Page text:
Replacing the volume knob on a Kenwood amplifier

by levien on wo 21 augustus 2013 // Posted in misc // under

For some reason, repairing broken equipment is one of these tasks that I tend to put off for months, if not years, because it feels like it's going to be a lot of hassle.

About a year ago the volume knob broke off my Kenwood KRF-V5090D audio video surround receiver during transport. For a while I was able to make it work again by gluing the parts back together, using a matchstick and some polyurethane resin. In the end, this didn't hold though, and it became increasingly difficult to set the volume. Given that I bought the thing quite cheaply in a second-hand store and the remote control was missing, I decided to try and replace the volume knob myself. The amplifier is a member of the Kenwood KRF-V and VR series, which all seem to be similar (and mostly share the same remote control unit). The manual can be found on the Kenwood site.

Being a "digital" amplifier, the design doesn't use a good old potentiometer for setting the volume. Instead, the volume knob is connected to an incremental rotary encoder. Unfortunately the ALPS encoder used by Kenwood is rather cheaply fitted with a hollow plastic shaft, which can quite easily break off at the base if sideways pressure is applied, which is exactly what happened. Annoyingly the encoder in question also doesn't state a parts number, so it's hard to determine what type it is. Some measuring and searching revealed that it must be either a 24-pulse EC12E2430803 or a 12-pulse EC12E1220813.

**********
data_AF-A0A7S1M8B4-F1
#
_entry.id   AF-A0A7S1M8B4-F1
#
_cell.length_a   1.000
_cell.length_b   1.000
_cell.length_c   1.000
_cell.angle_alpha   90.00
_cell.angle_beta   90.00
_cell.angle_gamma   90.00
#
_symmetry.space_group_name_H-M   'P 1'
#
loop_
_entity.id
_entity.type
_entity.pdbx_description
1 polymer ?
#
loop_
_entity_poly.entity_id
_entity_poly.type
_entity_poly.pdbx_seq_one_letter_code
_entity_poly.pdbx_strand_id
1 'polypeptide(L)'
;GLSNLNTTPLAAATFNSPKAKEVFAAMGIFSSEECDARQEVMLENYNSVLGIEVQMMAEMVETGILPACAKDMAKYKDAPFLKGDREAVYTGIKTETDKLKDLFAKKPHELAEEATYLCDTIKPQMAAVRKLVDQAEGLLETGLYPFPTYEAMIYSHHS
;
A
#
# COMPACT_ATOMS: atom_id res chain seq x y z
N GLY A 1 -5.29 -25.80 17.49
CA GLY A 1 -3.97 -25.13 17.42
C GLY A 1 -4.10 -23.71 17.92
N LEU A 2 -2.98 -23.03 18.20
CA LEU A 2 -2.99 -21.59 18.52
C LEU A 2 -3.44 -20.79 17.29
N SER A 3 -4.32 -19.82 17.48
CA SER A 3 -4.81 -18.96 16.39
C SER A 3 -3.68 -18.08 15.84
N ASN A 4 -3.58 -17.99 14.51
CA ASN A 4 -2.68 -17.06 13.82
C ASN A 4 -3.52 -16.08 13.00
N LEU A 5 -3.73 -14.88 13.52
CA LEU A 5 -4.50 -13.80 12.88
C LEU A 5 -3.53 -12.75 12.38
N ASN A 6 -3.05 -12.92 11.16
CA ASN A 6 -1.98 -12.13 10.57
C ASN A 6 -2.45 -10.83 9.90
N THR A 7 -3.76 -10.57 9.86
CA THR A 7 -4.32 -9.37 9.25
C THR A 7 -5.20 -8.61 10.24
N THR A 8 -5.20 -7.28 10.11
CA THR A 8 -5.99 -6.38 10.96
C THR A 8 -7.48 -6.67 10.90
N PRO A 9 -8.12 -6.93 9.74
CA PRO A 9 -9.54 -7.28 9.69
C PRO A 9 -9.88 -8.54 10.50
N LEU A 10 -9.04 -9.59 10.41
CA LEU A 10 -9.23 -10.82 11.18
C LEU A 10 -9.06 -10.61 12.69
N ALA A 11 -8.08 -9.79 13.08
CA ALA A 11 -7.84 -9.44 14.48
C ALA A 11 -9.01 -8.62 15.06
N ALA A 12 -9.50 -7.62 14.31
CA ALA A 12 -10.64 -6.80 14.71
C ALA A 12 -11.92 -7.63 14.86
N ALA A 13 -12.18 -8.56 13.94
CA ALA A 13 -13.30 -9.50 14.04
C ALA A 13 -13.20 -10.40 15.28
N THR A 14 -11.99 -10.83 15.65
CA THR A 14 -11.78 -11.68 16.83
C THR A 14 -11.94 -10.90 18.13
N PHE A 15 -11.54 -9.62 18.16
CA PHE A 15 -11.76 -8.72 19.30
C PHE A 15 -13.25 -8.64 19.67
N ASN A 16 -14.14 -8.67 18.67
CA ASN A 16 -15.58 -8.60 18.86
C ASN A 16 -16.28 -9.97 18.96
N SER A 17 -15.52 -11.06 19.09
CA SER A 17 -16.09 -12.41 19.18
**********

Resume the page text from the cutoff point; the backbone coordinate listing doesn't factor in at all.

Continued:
I went with the EC12E2430803 (a correct guess as it turned out), which can be cheaply ordered from Farnell, among others. Opening the amplifier case is easy, but removing the front print and desoldering the controller does require a bit of work and patience. Be sure to have a good look at how the pins are connected before you desolder them, as all three pins need to be connected (and after desoldering this can be a bit hard to see, especially if you somewhat damage the print while soldering, as I tend to do). All in all the entire procedure of taking the amplifier apart, replacing the controller and putting everything back together took about twenty minutes, which makes one wonder why I put it off for so long. Of course, looking up the controller type and ordering it took a lot more time, which is why I wrote this page. I hope it will be of use to someone in the future. :-)